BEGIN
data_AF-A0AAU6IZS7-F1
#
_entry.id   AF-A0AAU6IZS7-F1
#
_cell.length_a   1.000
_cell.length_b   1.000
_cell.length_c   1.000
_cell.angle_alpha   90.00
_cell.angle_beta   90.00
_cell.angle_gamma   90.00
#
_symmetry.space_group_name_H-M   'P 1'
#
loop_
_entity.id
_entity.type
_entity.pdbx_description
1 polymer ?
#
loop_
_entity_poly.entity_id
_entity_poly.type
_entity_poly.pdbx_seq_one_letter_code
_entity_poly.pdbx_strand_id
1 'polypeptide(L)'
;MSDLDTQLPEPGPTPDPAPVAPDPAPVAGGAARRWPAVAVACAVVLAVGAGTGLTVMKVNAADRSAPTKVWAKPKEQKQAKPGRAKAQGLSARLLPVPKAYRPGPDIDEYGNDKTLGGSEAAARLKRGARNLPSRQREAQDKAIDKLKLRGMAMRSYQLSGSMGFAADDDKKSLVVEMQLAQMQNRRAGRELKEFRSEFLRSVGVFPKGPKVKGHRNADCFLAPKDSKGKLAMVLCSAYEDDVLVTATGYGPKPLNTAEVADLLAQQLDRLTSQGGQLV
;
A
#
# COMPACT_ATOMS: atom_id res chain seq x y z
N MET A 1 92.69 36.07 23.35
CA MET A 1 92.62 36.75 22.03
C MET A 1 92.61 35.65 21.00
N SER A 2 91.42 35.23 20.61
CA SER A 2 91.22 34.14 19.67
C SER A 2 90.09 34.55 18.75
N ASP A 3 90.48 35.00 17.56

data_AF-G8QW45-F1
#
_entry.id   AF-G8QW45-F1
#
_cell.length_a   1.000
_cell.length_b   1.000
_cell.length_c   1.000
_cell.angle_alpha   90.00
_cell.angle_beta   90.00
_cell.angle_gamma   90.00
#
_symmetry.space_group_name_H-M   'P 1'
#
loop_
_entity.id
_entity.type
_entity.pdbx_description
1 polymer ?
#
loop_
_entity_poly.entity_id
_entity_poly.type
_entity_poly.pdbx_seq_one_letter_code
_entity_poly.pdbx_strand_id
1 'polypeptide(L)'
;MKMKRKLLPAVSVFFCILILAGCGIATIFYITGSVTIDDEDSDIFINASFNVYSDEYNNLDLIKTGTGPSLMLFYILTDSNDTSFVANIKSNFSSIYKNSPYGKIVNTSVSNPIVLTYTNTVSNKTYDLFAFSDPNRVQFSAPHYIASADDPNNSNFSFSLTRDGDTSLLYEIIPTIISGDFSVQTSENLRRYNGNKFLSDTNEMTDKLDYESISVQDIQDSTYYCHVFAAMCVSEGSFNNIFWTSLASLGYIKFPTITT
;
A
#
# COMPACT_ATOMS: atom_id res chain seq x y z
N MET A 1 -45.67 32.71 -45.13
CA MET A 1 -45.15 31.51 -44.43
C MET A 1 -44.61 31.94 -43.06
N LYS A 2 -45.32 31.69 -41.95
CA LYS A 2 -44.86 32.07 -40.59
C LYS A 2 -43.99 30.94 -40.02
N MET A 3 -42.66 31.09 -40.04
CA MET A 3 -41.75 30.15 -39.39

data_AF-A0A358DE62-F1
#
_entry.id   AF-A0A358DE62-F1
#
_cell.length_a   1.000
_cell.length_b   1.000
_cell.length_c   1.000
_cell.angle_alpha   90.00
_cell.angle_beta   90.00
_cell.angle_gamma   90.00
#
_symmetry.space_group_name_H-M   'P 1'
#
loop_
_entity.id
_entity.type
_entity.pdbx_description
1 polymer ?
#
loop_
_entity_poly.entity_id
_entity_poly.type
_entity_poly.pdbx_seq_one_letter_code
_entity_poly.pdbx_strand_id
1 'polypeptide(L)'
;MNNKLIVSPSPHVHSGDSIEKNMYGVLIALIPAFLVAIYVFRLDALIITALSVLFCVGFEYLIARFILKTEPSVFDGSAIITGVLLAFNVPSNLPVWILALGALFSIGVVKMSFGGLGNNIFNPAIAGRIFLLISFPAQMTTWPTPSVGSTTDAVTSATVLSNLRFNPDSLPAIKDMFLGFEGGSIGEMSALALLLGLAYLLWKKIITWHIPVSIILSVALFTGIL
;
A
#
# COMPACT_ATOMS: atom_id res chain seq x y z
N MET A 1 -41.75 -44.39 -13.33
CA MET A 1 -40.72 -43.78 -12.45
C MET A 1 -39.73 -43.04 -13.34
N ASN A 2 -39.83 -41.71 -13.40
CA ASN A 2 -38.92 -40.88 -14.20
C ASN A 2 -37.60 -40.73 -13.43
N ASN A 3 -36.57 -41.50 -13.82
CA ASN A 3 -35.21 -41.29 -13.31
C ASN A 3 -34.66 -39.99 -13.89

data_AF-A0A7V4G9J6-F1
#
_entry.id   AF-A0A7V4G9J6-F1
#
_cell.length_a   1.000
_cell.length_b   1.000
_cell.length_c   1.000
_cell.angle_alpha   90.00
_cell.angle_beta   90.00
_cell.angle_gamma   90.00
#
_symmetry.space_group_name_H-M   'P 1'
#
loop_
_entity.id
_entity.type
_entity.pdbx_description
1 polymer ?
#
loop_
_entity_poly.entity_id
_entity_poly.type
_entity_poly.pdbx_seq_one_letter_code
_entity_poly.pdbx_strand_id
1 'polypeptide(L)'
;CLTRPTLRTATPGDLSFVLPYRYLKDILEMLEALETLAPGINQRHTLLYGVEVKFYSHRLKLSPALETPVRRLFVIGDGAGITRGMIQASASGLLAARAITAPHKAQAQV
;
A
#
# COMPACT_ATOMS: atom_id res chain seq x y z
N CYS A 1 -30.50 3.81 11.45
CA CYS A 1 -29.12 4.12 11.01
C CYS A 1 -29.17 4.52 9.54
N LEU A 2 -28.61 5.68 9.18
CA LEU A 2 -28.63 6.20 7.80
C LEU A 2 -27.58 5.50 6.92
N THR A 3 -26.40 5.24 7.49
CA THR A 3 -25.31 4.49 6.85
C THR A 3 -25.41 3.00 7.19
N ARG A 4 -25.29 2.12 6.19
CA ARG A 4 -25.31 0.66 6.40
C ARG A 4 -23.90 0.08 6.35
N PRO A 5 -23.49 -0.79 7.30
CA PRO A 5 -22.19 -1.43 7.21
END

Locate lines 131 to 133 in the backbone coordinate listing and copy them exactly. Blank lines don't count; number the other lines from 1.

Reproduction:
_entity.pdbx_description
1 polymer ?
#